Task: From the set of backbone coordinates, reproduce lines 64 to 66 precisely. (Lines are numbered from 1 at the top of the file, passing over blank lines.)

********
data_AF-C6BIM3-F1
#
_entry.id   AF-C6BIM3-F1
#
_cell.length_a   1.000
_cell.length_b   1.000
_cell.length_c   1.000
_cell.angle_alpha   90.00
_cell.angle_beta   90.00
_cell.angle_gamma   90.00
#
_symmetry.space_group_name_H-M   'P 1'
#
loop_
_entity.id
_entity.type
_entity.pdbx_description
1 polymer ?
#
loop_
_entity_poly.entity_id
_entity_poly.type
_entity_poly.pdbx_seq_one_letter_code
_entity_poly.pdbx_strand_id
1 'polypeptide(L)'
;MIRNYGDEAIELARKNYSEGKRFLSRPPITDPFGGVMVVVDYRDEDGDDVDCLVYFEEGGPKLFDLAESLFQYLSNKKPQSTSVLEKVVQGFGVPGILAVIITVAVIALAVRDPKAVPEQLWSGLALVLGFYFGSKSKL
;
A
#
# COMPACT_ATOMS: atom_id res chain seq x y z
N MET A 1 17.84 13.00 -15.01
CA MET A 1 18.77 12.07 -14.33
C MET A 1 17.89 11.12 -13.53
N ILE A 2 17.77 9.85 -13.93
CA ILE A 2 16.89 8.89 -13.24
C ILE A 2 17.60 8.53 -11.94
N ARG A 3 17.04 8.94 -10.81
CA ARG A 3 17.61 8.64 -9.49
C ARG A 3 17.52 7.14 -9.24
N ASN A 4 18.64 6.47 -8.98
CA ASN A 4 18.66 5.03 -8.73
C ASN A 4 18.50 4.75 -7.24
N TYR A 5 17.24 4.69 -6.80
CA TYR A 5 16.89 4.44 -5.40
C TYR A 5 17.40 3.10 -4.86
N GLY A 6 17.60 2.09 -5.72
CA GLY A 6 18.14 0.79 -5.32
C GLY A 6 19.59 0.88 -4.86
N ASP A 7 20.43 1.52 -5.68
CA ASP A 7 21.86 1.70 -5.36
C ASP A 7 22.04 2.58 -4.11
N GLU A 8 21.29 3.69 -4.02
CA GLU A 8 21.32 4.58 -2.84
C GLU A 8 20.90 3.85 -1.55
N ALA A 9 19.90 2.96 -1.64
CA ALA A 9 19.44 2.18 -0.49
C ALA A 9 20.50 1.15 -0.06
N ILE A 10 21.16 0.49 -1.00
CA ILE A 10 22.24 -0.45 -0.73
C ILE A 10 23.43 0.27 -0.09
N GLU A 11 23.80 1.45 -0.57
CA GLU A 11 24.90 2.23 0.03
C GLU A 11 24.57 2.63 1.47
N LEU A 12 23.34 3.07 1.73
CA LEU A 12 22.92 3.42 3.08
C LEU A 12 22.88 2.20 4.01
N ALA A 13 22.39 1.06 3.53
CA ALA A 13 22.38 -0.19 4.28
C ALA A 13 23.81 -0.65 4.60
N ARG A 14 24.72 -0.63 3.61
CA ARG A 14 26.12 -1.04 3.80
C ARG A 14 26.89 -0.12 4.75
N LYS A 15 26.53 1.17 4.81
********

N LEU A 12 23.34 3.07 1.73
CA LEU A 12 22.92 3.42 3.08
C LEU A 12 22.88 2.20 4.01